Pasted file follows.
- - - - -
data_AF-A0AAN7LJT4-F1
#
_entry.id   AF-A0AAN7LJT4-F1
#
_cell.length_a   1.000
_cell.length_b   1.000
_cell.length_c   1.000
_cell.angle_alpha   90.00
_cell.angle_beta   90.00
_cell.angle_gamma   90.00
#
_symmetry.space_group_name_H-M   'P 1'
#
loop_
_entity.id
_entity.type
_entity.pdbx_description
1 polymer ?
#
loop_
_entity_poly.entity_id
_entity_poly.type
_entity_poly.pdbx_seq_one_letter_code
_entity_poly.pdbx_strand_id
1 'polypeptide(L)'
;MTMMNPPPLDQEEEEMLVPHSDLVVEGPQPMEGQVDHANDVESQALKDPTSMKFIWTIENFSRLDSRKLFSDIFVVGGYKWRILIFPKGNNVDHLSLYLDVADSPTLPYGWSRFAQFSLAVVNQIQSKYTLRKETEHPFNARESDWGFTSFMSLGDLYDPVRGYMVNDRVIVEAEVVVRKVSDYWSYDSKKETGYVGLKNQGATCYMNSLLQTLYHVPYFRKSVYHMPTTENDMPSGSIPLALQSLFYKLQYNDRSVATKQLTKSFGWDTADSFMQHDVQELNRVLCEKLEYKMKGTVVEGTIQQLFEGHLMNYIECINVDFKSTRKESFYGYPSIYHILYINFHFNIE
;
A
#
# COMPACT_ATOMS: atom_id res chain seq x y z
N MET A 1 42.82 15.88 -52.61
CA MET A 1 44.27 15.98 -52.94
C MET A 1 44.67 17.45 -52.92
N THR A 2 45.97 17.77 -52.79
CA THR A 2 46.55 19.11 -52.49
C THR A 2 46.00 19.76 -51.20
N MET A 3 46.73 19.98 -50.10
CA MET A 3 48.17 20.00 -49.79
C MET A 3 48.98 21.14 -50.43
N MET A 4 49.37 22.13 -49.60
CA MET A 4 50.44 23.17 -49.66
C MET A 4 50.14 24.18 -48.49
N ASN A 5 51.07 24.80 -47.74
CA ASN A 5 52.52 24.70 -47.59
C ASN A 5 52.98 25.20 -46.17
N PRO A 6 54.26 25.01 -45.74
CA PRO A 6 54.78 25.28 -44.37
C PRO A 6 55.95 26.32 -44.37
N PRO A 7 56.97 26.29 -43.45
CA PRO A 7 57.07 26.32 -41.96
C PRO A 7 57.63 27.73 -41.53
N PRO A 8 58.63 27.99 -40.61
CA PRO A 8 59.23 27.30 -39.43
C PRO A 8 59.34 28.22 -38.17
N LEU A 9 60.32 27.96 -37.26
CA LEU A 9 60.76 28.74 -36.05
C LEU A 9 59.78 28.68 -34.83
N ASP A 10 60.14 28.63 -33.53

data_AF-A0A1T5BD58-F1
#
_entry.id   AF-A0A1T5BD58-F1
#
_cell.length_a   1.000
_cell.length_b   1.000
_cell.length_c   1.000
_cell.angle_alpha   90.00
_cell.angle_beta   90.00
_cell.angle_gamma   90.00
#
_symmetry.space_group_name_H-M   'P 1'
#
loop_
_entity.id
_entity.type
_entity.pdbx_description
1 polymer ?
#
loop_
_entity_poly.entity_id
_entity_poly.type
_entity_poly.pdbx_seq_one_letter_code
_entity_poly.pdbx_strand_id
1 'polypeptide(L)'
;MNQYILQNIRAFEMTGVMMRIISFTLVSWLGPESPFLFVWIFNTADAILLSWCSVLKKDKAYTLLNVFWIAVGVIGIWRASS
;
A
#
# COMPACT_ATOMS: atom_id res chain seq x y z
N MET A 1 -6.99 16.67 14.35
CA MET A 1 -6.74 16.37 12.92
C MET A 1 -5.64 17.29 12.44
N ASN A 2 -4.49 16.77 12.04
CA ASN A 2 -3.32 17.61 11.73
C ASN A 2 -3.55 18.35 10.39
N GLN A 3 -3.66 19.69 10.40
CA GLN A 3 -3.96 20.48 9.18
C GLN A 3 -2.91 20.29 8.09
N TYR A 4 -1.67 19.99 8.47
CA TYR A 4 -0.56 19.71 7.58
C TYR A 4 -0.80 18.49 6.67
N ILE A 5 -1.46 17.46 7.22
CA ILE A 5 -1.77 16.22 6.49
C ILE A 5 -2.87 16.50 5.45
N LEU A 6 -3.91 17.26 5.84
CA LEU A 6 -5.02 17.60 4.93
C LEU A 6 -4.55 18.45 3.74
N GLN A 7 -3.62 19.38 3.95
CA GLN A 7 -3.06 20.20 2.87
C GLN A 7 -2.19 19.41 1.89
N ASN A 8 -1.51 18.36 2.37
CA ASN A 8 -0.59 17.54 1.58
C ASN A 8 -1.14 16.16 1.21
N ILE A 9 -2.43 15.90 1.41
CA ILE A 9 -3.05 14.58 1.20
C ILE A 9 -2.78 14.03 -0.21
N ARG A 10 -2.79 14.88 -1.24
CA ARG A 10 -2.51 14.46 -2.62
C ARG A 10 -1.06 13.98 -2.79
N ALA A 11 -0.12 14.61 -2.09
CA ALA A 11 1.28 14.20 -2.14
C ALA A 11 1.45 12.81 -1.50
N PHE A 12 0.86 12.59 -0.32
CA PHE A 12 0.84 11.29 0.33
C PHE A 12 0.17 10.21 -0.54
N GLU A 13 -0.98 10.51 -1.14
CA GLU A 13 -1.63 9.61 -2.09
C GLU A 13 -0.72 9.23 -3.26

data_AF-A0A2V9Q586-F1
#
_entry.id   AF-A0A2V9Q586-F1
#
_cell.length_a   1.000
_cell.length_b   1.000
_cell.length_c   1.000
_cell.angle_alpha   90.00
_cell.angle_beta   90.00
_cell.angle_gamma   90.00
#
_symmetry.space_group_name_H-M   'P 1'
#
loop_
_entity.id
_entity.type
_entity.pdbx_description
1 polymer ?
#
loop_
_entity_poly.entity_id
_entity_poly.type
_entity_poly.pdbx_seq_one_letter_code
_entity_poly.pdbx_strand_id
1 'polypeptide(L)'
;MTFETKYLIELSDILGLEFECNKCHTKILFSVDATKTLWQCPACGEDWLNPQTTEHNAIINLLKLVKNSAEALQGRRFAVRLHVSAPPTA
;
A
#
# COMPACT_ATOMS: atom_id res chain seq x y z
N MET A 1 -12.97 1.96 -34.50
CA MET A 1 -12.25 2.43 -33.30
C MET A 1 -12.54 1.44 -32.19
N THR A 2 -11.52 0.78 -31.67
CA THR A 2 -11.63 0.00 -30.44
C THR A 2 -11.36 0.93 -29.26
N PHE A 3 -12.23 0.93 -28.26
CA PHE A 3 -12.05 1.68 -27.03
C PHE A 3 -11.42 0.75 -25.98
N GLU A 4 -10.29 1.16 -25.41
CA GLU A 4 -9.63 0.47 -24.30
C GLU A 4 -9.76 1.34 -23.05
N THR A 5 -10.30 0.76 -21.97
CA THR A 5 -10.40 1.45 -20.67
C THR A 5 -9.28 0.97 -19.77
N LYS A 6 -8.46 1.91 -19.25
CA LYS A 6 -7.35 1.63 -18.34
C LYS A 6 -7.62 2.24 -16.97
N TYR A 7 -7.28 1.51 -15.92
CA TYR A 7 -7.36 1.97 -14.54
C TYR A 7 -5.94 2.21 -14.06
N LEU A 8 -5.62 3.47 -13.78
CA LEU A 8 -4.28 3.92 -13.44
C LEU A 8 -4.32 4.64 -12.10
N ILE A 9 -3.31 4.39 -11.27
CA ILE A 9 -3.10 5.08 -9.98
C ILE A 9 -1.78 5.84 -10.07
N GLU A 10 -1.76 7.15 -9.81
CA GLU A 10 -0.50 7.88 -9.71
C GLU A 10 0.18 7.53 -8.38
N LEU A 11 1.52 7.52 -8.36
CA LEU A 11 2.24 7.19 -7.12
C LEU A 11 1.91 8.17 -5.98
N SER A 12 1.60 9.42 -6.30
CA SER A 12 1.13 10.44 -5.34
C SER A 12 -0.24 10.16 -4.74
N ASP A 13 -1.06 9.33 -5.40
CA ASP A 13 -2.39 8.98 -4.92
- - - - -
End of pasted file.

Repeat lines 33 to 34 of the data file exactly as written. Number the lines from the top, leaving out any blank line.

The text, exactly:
C MET A 1 44.67 17.45 -52.92
N THR A 2 45.97 17.77 -52.79